High court affirms UConn ban on military recruiters

College Press Service

HARTFORD, Conn. -- The Connecticut Supreme Court has refused to lift the ban on military recruiters at the University of Connecticut law school, ruling that the Pentagon's policy on homosexuals violates the state's gay-rights statute.

The ban has been in place since 1992, after gay law students at UConn filed a suit complaining that the military did not qualify as an equal opportunity employer because of its discriminatory policy against homosexuals.

A state Superior Court judge ruled then that discriminatory employers, such as the U.S. Department of Defense, which at that time barred all homosexuals from its ranks, could not use campus facilities for recruiting.

The university's trustees, represented by the state attorney general's office, appealed the decision. In a 3-2 decision March 19, the Connecticut Supreme Court affirmed the 1992 ruling, finding that the state statute on gay rights takes precedent over the law allowing employers to interview students using campus facilities.

The court found that gay students "have been denied equal placement opportunities because the career services offices allocated resources to the military, which would not, regardless of (gays') abilities and talents, hire them."

Because the Connecticut Supreme Court decision is based on state law, it cannot be appealed. University officials are reviewing the decision to see if the ban should be extended beyond the law school.

John Britain, a UConn law professor and adviser to a gay-student group, described the ruling as a "a curve ball rather than a straight shot" because the court relied more on the technicalities of state law to reach a decision rather than make a judgment on the discriminatory nature of the policy.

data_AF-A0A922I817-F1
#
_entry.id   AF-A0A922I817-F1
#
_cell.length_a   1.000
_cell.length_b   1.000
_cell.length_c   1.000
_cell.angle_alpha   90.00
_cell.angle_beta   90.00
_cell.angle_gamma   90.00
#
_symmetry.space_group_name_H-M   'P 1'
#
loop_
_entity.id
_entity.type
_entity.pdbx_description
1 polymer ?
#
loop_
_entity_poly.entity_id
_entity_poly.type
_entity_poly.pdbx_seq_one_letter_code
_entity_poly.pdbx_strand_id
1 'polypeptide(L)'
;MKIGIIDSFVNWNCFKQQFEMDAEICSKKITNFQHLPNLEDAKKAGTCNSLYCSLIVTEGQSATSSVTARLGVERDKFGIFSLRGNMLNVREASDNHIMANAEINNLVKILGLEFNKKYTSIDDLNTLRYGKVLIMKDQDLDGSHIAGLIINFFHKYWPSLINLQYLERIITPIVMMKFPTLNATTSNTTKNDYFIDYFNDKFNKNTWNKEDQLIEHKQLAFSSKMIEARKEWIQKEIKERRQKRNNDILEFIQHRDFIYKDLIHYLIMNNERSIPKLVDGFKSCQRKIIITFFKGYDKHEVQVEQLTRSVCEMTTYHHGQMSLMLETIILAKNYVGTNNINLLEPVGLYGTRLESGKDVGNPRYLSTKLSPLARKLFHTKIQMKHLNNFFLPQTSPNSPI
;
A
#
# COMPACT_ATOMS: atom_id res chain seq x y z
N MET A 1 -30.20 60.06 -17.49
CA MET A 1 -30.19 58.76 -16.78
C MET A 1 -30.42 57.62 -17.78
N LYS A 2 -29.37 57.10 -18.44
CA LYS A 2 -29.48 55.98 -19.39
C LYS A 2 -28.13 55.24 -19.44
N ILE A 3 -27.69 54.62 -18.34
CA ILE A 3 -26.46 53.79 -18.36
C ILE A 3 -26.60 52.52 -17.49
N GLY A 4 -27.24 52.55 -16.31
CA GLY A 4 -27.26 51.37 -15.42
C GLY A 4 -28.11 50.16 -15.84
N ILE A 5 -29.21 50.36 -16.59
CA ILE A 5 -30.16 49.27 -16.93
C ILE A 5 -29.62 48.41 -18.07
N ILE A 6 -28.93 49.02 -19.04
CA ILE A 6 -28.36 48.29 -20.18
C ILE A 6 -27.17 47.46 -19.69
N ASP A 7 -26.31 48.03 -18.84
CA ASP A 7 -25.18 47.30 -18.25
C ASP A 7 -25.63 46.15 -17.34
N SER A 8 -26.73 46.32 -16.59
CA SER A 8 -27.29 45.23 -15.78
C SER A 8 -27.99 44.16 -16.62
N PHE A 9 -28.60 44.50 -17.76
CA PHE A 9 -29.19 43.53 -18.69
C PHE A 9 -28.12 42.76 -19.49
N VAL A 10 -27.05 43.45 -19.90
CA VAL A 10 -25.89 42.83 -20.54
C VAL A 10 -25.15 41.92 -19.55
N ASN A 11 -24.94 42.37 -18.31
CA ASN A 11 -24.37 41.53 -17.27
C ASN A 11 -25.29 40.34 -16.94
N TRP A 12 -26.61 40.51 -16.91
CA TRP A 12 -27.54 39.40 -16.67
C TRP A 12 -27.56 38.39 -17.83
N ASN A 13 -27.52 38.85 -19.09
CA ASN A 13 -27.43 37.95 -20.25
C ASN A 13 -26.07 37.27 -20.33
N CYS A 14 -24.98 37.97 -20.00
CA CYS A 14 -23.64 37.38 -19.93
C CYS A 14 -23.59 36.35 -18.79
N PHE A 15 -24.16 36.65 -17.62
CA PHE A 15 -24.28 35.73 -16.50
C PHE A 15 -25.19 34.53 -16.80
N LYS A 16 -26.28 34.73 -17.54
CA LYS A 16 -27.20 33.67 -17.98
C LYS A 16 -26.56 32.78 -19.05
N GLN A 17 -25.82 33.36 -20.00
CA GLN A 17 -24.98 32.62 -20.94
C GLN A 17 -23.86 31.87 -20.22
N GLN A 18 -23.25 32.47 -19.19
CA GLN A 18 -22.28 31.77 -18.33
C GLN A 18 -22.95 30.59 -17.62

Still, Britain said, "I find it an irony that the military that effectively bars gay men and lesbians have in fact been barred from the University of Connecticut law school."

Public and private colleges have long grappled with the issue of whether to open their campuses to military recruiters and ROTC programs. Currently, the military's "don't ask, don't tell" policy restricts openly homosexual men and women from serving in the armed forces.

In Massachusetts, a committee at the Massachusetts Institute of Technology recently offered several recommendations to the MIT faculty on how to administer ROTC programs, which draw about 220 students from Harvard and Tufts universities, MIT and Wellesley College.

One recommendation includes the creation of a "model" ROTC unit that would not discriminate on any basis. If that is impossible, then MIT should renew any military scholarships lost by "dis-enrolled" homosexuals and work on changing Pentagon policies, the committee said.

MIT would stand to lose funds from the Department of Defense for research or other purposes if it does not preserve its ROTC program.

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